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F rom Marlene Dietrich to Frank Sinatra, the biggest names of the big screen and stage have waltzed through the revolving doors of the Savoy and graced its iconic venues since its opening on 6 August, 1889. Delve into the history books to discover everything you need to know about London’s most famous hotel, the Savoy.

Watch The Savoy come to life

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In the beginning

Standing in a coveted position, saddled between The Strand and River Thames, London’s Savoy is an iconic hotel in the heart of the West End. Standing on the site of the former Savoy Barracks, Savoy Hospital, and before that the Savoy Palace, the hotel was built by the Victorian-era entertainment and hospitality mover and shaker Richard D'Oyly Carte, in 1889, as the very first luxury hotel in Britain. 

Carte also built two of London’s theatres, including the Savoy Theatre, located next to the hotel; ran an entertainment talent agency and an opera company, having great influence in London’s West End during the late 1900s — right up until his death in 1901 at his London home, at the age of 57. Interestingly, the Savoy Group remained in the Carte family and its associates until as recently as 1994. 

The Savoy and hotelier Carte were pioneers, with the hotel becoming the first in Britain to introduce electricity, an unlimited supply of hot water to the 67 bathrooms and a mechanism to support a lift, which had to be imported from the US due to a lack of manufacturer making them in the UK at that time. The hotel’s kitchens were equally as innovative, with chef Escoffier reorganising the kitchen into stages (stations). Today, 130 years later, this remains to be how most large restaurant kitchens are organised. 

Creating a legend

It was at the Savoy that César Ritz, hired as the hotel’s manager in 1889, and the grandfather of haute cuisine, Auguste Escoffier, hired as chef de cuisine, first met. The two would later establish the Ritz on London’s prestigious Piccadilly. 

Ritz is widely credited with the Savoy’s early success. Under his helm the hotel drew the most distinguished of clientele, including the Prince of Wales and other members of the Royal family from the UK and Europe. The Savoy, and the standards set by Carte, Ritz and Escoffier, in turn set the bar for luxury hotels in the UK.

According to the Oxford Dictionary of National Biography, Oxford University Press, 2004; online edition, "Led by the prince of Wales [the Savoy] became the meeting place for London high society and the nouveaux riches of the British empire....

“[The] food and the ambience lured people from the clubs to dine in public and give great parties there. It allowed ladies, hitherto fearful of dining in public, to be seen in full regalia in the Savoy dining and supper rooms."

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Inside the hotel

The Savoy’s traditional Edwardian and Art Deco style runs through public areas of the hotel, too. In 2007, the hotel closed for a sympathetic top-to-toe, three-year refurbishment, led by French designer Pierre-Yves Rochon.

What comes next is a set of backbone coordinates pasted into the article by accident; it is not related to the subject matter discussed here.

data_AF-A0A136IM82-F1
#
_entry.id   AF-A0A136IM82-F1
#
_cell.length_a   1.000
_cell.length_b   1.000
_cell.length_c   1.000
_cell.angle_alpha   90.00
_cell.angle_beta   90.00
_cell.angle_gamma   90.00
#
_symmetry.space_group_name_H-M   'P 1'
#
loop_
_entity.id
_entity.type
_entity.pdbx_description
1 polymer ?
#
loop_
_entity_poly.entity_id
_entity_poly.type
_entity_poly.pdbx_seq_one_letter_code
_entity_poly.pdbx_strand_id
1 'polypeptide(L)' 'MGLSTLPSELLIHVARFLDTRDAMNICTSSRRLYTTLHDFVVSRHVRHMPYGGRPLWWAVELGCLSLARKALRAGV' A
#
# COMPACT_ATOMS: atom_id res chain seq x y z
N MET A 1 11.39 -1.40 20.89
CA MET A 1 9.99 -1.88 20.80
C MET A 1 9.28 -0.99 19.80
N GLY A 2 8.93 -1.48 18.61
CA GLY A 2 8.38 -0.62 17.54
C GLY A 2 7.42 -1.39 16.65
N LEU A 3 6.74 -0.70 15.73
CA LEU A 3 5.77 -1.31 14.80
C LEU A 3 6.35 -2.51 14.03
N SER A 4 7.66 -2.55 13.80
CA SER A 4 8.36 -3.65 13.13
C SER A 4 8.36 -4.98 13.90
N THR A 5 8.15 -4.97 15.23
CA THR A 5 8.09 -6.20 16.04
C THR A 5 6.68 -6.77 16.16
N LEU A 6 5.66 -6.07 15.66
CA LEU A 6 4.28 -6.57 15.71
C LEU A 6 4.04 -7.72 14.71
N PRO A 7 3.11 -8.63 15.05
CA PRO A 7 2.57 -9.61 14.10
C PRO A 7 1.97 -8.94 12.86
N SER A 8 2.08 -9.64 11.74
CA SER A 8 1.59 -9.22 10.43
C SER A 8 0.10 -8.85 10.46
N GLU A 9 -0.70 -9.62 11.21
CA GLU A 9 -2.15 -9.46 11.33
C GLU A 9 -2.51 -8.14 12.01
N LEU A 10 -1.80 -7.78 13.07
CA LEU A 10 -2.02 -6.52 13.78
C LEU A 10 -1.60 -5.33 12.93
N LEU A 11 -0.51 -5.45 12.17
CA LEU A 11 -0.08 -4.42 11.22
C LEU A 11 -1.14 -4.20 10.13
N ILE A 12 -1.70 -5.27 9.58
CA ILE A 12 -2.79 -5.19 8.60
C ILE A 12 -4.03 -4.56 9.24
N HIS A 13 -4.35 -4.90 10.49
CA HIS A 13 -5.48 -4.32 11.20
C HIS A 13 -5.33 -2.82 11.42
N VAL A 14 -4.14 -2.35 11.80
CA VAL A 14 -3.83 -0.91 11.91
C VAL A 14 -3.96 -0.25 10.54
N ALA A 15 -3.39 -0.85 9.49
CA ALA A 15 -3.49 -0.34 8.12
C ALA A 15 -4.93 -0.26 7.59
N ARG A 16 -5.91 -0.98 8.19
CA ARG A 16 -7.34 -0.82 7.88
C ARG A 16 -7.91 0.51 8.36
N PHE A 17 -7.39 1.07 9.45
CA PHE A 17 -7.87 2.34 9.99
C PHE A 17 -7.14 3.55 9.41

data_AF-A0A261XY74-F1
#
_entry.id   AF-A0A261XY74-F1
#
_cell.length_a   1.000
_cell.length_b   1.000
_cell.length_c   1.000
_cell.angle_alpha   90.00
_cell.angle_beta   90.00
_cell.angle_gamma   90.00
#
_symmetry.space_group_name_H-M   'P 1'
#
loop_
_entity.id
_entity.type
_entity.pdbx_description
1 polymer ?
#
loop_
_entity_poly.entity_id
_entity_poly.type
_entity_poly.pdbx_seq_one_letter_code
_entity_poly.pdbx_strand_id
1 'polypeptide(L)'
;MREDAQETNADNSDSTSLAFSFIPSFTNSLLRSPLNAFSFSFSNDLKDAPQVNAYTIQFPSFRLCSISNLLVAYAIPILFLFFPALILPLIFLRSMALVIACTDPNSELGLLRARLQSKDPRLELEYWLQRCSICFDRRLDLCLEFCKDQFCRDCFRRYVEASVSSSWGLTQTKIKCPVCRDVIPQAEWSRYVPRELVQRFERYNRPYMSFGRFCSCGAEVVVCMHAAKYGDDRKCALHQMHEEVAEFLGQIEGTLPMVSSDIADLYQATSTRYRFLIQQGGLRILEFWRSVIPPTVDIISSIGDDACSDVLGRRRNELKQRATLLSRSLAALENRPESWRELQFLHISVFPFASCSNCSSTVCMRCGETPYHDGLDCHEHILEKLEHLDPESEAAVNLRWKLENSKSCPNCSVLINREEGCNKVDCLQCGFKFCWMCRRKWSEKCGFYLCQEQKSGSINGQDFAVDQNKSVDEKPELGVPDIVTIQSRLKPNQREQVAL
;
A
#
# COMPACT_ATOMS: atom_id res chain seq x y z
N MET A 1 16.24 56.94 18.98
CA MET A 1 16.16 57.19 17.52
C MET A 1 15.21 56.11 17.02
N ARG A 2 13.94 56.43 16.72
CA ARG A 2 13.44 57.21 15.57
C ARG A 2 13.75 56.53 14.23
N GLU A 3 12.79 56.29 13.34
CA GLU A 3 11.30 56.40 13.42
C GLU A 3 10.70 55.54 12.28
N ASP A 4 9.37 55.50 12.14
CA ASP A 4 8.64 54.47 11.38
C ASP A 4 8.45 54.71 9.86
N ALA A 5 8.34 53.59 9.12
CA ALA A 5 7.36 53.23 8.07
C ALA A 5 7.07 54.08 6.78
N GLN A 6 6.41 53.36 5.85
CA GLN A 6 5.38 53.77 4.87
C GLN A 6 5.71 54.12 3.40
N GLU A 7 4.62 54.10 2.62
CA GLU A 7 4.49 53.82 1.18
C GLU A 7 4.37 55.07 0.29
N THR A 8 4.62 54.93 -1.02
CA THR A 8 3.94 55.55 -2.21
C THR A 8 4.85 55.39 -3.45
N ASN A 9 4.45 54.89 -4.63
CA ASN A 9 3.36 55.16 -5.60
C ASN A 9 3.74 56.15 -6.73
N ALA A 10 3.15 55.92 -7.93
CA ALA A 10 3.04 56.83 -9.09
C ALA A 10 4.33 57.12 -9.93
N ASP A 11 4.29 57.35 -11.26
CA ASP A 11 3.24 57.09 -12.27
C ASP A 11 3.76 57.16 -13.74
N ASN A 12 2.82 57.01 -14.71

Today, the Grade II-listed Savoy is home to 267 guest rooms, designed in classic Edwardian and Art Deco style, ranging from Queen rooms to the sumptuous Royal Suite. Multiple restaurants include the stunning glass-domed Thames Foyer for divine afternoon tea and Kaspar’s at The Savoy for delicious seafood. There’s also Savoy Grill by Gordon Ramsey and Simpson’s in the Strand. For imbibing, there are three venues to choose from, the American Bar, Beaufort Bar, and Simpson’s in the Strand Bar, all exuding timeless glamour. There’s also a luxurious pool, sauna and steam room for indulgent spa days. 

If walls could talk

The storied American Bar’s guest book reads like a who’s who of the world’s biggest stars, with Noel Coward, Elton John, Ernest Hemingway, Marilyn Monroe and F. Scott Fitzgerald just a few of the big names to have checked in. 

The oldest surviving cocktail bar in Britain, the American Bar first opened in 1893, serving ‘American-style’ drinks. Over the decades, countless musicians and songwriters have entertained guests in the bar — there’s even a cocktail menu dedicated to the performers who’ve played there and an accompanying live album recorded by the American Bar’s resident pianist, Jon Nickoll. The American Bar has also been awarded Best Bar in the World in recognition of its all-round star status. Take a seat and opt for a sumptuous Moonwalk cocktail, created by former head barman, Joe Gilmore, to honour Neil Armstrong’s 1969 Apollo 11 moon landing. 

With experimental cocktails, plush black and gold interiors and a moody ambiance, Beaufort Bar is equally as glamorous. You’d be forgiven for sinking into one of the bar’s luxurious velvet chairs never wanting to leave. If you do leave the hotel, Covent Garden, the West End, Trafalgar Square and the Southbank are on the hotel’s doorstep, offering the best of London shopping, sightseeing and shows. 

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